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by David Carr
There we were last Tuesday afternoon at Lincoln Center, media buyers and journalists stapled in our seats for a long afternoon of tendentious speeches from ABC executives about the continued power of network television and the splendor of the shows that were about to unfurl before us.
“Television is the strongest advertising medium available today,” said Anne Sweeney, president of Disney/ABC Television Group, intoning a mantra that became wallpaper at last week’s upfronts, the annual presale presentation on the coming television season, while the president of entertainment, Stephen McPherson, suggested that recent programming problems were all about the writers’ strike, so a do-over seems in order.
The New York Times – http://www.nytimes.com/2009/03/27/business/media/27adco.html
IN a world with grocery store television screens, digitally delivered movie libraries and cellphone video clips, the average American is exposed to 61 minutes of TV ads and promotions a day.
Some people may think that amount seems excessive. But “people don’t seem to be getting up and running away,” said Jack Wakshlag, chief research officer at Turner Broadcasting.
In fact, adults are exposed to screens — TVs, cellphones, even G.P.S. devices — for about 8.5 hours on any given day, according to a study released by the Council for Research Excellence on Thursday. TV remains the dominant medium for media consumption and advertising, the study found. The data suggests that computer usage has supplanted radio as the second most common media activity. (Print ranks fourth.) Read the rest of this entry »
The New York Times – TV Decoder http://tvdecoder.blogs.nytimes.com/2008/06/18/traditional-media-not-dead-yet-for-marketing-study-says/?ref=technology
A study to be released on Wednesday finds that advertisements appearing in traditional media like television are still “much more likely” to have made a positive impression with consumers than ads running in digital media.
The study, called “When Advertising Works,” was conducted by Yankelovich in association with Sequent Partners. The Center for Media Design at Ball State University in Muncie, Ind., provided assistance.
The study covered 16 types of media. Besides TV, the traditional kinds included billboards, magazines, newspapers, radio and movie theater commercials. The digital kinds included e-mail messages, Internet banner ads, social networking Web sites, video games and video-sharing Web sites like YouTube.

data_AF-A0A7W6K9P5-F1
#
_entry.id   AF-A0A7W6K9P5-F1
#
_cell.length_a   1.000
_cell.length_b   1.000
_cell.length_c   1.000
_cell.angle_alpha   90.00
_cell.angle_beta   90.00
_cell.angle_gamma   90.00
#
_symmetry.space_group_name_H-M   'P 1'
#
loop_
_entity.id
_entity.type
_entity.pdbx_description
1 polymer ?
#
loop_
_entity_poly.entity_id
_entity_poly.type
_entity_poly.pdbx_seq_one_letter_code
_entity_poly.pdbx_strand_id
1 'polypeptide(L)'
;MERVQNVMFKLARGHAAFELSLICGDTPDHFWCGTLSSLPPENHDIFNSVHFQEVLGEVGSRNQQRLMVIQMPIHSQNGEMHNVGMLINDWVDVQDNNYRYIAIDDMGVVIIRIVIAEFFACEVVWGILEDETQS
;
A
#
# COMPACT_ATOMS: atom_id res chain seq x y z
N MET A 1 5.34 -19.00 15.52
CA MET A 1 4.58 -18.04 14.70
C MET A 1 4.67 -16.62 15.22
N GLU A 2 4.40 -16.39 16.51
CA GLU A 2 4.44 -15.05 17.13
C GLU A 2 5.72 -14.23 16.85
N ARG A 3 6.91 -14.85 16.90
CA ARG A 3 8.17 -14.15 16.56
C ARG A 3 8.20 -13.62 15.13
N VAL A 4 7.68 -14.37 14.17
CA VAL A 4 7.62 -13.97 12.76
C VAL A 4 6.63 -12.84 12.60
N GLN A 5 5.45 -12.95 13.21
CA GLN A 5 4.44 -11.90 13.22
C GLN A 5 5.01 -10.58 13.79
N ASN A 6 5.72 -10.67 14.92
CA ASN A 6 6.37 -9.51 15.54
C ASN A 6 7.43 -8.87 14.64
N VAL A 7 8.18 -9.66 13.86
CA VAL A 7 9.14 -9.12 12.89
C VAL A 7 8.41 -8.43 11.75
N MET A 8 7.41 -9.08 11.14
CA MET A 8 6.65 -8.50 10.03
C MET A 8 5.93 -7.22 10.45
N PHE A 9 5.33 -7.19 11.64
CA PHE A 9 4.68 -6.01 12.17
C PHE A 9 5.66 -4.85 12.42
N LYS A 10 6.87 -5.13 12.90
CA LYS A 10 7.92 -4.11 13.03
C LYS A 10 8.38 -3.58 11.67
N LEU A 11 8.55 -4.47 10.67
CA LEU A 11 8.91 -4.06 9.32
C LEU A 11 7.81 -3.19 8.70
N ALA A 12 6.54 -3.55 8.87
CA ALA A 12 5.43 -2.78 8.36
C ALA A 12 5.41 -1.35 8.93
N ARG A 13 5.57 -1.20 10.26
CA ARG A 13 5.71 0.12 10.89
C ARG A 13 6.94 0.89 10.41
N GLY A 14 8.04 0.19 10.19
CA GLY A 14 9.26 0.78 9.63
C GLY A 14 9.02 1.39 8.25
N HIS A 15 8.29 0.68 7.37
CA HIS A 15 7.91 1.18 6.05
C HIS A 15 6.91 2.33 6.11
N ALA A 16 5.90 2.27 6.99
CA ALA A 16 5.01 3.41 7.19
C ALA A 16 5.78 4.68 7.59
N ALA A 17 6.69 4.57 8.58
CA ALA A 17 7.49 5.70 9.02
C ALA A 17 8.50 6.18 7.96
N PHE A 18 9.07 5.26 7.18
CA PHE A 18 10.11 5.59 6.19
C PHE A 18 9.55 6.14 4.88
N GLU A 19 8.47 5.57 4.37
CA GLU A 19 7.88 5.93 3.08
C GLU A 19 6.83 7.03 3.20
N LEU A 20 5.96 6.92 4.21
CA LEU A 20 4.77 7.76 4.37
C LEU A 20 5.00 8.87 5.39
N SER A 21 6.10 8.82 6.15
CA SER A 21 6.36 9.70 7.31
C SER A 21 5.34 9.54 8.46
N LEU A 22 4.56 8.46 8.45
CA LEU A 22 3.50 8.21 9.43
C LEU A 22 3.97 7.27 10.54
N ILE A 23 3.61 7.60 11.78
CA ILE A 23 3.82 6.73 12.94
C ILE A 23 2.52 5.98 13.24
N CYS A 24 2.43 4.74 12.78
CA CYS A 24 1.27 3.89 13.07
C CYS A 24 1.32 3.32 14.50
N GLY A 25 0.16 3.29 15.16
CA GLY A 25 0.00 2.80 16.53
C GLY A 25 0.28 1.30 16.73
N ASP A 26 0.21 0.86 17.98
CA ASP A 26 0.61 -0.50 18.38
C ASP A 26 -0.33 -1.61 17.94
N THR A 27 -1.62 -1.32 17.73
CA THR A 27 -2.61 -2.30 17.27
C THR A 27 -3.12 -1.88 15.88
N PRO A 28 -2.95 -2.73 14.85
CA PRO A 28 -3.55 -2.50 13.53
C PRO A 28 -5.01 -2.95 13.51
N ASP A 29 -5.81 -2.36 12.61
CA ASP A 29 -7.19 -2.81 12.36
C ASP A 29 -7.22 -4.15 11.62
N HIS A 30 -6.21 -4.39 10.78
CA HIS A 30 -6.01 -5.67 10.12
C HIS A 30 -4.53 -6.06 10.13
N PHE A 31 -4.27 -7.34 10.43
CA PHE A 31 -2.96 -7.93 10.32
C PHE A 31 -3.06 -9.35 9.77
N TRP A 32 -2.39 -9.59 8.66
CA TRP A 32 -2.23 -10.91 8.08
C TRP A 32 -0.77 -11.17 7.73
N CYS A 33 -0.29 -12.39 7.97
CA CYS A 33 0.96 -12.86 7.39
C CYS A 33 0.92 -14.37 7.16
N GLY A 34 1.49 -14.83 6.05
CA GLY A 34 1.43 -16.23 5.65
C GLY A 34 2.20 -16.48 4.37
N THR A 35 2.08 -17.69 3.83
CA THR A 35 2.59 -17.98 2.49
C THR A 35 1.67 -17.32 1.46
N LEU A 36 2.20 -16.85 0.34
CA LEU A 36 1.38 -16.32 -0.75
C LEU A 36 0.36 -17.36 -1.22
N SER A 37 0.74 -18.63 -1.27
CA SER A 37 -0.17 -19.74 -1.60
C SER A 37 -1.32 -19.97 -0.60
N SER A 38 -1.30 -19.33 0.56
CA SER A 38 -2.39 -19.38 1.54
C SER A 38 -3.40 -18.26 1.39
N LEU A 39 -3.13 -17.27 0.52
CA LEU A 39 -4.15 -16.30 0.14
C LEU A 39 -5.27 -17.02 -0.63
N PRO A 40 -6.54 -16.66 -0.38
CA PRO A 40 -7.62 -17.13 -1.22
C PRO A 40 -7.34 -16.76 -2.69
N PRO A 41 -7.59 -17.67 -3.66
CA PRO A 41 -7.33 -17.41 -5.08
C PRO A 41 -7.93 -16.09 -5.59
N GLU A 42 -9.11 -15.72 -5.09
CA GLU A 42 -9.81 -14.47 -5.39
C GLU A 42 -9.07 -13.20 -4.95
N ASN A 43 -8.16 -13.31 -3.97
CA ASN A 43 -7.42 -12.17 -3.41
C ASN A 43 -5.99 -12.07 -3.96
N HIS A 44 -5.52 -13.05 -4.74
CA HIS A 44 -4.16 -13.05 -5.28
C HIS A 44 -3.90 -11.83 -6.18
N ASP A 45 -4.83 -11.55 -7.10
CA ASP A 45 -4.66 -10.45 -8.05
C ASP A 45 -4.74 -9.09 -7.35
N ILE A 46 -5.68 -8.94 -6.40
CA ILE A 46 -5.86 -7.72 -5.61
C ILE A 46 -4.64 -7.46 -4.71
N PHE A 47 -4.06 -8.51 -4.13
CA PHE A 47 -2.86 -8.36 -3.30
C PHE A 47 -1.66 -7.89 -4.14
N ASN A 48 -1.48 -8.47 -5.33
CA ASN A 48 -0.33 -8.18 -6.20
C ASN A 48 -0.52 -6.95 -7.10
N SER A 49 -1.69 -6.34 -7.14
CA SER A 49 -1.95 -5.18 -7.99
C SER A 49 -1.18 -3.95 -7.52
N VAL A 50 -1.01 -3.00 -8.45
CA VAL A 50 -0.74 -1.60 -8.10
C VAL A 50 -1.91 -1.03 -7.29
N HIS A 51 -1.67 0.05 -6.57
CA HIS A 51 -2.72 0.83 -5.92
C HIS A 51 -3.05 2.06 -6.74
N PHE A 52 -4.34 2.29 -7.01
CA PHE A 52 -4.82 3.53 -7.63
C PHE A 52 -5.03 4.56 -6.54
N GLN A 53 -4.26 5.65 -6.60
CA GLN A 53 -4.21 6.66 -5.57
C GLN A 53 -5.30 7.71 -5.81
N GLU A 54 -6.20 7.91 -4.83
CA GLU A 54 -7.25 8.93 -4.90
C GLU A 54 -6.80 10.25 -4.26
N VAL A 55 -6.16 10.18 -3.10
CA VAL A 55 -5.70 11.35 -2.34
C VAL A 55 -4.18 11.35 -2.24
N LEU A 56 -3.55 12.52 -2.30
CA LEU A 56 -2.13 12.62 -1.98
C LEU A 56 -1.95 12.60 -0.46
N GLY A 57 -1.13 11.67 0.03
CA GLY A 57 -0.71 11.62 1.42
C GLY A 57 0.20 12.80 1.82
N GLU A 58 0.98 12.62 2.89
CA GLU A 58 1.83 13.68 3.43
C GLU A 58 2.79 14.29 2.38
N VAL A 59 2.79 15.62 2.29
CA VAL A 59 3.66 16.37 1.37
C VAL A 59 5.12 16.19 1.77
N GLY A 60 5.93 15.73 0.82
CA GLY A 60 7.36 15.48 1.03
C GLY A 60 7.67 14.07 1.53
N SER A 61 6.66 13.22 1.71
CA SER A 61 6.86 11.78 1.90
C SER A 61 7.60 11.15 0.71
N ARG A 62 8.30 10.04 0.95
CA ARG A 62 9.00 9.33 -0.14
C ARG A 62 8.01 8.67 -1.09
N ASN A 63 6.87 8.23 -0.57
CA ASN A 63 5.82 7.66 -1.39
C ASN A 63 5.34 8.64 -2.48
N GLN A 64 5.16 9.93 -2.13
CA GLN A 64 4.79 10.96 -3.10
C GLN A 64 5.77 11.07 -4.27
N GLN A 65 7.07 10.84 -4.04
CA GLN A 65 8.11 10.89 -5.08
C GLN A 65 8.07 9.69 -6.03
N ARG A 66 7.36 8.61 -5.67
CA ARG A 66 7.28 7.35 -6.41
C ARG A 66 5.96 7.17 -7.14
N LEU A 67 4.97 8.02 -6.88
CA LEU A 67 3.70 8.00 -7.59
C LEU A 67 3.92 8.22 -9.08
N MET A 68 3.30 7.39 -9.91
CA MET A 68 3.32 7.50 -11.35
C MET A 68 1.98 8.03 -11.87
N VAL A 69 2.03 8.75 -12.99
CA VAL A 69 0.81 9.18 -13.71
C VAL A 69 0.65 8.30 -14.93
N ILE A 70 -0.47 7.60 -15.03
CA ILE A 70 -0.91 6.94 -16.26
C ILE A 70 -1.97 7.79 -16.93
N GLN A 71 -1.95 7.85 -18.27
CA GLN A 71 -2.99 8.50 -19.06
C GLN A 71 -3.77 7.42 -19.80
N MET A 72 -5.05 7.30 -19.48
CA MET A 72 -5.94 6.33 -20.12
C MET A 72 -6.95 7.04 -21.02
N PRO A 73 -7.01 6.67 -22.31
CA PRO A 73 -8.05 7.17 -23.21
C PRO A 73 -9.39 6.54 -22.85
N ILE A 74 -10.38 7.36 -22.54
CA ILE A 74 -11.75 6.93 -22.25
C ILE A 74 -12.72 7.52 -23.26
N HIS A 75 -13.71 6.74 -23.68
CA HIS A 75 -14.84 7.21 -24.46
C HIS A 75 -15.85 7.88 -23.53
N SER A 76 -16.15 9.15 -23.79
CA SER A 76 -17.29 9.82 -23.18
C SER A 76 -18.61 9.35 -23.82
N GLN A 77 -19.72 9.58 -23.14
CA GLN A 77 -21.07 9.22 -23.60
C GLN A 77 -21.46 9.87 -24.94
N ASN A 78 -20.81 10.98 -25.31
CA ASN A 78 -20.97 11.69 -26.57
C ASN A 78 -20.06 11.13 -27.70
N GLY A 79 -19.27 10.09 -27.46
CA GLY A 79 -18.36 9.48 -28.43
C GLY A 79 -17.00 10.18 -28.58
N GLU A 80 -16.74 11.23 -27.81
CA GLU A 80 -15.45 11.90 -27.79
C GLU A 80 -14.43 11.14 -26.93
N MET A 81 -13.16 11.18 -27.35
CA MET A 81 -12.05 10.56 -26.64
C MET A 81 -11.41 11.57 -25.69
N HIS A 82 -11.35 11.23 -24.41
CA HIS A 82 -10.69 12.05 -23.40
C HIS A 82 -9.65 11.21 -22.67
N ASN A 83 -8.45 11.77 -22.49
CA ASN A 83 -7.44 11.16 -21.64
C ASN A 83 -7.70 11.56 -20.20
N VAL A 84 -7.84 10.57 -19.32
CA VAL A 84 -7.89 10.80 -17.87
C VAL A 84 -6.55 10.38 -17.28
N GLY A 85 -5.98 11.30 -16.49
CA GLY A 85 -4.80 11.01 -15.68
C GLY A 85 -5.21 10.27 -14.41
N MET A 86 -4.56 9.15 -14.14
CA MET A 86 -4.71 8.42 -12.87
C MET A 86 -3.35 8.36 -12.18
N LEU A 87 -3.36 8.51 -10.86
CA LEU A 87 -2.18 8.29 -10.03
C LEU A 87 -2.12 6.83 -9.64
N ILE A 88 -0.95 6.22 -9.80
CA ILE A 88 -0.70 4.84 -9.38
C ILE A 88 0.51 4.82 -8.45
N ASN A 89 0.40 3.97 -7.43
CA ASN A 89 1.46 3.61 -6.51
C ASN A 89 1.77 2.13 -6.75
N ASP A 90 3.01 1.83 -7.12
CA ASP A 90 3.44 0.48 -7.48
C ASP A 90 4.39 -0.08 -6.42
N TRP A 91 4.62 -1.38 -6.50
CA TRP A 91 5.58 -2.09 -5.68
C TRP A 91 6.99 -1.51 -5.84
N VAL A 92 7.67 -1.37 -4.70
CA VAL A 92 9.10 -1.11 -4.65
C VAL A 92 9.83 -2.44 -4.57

When asked what kind of an impression the ad made, 56 percent of survey respondents said traditional media ads made a positive impression, in contrast to 31 percent who said that about digital media ads. Thirteen percent reported a negative impression of traditional media ads versus 21 percent for digital media ads. Thirty-two percent said they had neither a positive nor a negative impression of traditional media ads, in contrast to 48 percent who said they had neither a good or bad impression of digital media ads.
A principal reason for those results, said J. Walker Smith, president at the Yankelovich Monitor division of Yankelovich in Atlanta, was that for ads that made an impression, consumers using traditional media were in a more positive mood and more likely to be interested in entertainment and relaxation.
By comparison, consumers using digital media were more likely to be in busy moods, seeking control or solving a problem, Mr. Smith said, and they were more likely to be by themselves. In contrast, traditional media are often watched, listened to or read by people in groups.
Although the new media may be better at helping people solve problems, which represents “a unique reason to come to digital media platforms,” he added, “when I’m tracking down information or looking for an answer or trying to compare things or searching for a link, ads are irritating to a degree not true when I’m relaxed and unwinding with TV or a magazine and thus more open to diversion.”
That may mean that “advertising will always have to work harder to make a positive impression in digital media,” he added.
Another reason for the results of the study, Mr. Smith said, is that consumers are not as used to seeing ads in digital media as they are in traditional media.
“Advertising wasn’t embedded in the new media from the start; it came along later,” he added, which may be why some consumers describe digital media ads as intrusive.
One benefit of digital media over traditional media is “that I can advertise to you and take your order at the same time,” Mr. Smith said, and such usefulness can help generate positive impressions.
The genesis of the survey was that “our clients have been telling us they’re shifting more and more of their budgets to the digital media,” Mr. Smith said, “but they feel they don’t have a handle on advertising in a digital context.”
At the same time, “we don’t quite know how to develop advertising for digital media,” he added. “There’s a lot of experimentation, and we’re probably not as good as we think.”
The differences between ads making impressions in the traditional and new media may fade over time, Mr. Smith said, as agencies become more proficient in creating digital ads and advertisers become more savvy in terms of learning what works and what does not in the new-media realm.
Another highlight of the study, according to Mr. Smith, is that ads that made an impression in traditional media were more likely to stimulate word of mouth than ads that made an impression in digital media.
That was particularly true for TV commercials and for spots in movie theaters — “when people like them,” a caveat Mr. Smith took pains to add.